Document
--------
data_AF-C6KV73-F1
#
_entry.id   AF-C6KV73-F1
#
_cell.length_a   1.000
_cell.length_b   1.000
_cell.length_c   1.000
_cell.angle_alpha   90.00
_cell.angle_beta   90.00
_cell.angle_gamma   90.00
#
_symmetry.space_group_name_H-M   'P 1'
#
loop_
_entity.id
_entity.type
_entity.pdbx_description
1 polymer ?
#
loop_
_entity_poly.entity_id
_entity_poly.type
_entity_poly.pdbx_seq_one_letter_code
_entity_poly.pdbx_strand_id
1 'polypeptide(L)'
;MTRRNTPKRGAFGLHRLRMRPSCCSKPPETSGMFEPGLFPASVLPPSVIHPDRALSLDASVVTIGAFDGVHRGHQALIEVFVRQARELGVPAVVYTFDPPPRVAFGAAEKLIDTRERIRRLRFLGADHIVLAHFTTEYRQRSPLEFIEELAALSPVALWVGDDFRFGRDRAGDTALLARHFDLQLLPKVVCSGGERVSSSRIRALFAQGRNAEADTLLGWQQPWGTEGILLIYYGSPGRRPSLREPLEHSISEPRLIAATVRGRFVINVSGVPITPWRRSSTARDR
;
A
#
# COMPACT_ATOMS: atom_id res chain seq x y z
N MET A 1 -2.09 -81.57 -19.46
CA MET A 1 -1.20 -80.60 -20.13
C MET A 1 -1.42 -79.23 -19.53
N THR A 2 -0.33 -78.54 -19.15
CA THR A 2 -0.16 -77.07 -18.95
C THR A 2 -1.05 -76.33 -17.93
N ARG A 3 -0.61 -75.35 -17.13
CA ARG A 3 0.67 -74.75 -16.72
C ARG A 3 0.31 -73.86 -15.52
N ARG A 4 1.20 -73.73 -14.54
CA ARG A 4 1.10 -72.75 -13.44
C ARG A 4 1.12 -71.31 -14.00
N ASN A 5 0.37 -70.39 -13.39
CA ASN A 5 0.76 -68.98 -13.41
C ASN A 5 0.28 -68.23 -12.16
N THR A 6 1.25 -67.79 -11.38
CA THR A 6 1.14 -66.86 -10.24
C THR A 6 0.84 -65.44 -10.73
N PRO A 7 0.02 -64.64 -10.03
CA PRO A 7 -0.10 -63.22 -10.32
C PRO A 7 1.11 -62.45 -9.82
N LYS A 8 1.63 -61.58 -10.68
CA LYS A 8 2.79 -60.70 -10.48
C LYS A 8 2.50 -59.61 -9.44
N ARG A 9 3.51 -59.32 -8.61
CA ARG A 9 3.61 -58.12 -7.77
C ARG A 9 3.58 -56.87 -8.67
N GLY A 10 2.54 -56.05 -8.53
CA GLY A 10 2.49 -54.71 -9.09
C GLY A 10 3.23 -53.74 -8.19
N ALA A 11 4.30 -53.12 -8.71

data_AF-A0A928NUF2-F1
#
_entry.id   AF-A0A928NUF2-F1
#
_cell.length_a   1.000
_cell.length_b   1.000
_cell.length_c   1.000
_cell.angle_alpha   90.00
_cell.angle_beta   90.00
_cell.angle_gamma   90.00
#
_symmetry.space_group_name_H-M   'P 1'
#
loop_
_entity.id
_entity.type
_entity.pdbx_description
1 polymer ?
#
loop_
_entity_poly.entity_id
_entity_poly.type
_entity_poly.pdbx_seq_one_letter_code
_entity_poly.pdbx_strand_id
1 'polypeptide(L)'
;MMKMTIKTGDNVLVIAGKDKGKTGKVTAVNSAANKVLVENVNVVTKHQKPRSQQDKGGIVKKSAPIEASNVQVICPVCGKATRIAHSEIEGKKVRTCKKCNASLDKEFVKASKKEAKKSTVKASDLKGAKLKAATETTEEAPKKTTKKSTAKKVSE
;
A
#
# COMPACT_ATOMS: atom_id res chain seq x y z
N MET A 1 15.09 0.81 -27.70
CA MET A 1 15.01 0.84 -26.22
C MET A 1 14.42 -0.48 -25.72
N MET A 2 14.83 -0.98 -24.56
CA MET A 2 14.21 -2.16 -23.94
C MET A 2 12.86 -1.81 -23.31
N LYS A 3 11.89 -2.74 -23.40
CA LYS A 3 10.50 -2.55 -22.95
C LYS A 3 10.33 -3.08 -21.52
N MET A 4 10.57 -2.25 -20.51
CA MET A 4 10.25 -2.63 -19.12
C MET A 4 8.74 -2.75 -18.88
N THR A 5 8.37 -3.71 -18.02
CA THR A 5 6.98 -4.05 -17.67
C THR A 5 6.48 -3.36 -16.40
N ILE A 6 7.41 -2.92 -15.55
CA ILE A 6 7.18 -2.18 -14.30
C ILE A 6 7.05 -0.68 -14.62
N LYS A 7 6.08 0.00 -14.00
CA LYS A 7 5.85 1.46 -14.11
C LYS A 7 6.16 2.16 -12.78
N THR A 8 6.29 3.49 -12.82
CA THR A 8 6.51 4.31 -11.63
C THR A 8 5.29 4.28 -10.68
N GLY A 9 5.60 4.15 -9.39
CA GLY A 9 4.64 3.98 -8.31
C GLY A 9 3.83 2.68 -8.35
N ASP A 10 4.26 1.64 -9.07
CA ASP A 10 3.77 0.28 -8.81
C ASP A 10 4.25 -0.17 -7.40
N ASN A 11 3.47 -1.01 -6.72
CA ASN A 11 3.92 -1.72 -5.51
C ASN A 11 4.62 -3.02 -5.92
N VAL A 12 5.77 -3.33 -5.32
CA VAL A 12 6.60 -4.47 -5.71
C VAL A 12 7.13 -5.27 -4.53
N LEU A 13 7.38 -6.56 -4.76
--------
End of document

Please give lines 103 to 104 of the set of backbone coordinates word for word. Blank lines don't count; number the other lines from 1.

C MET A 4 8.74 -2.75 -18.88
N THR A 5 8.37 -3.71 -18.02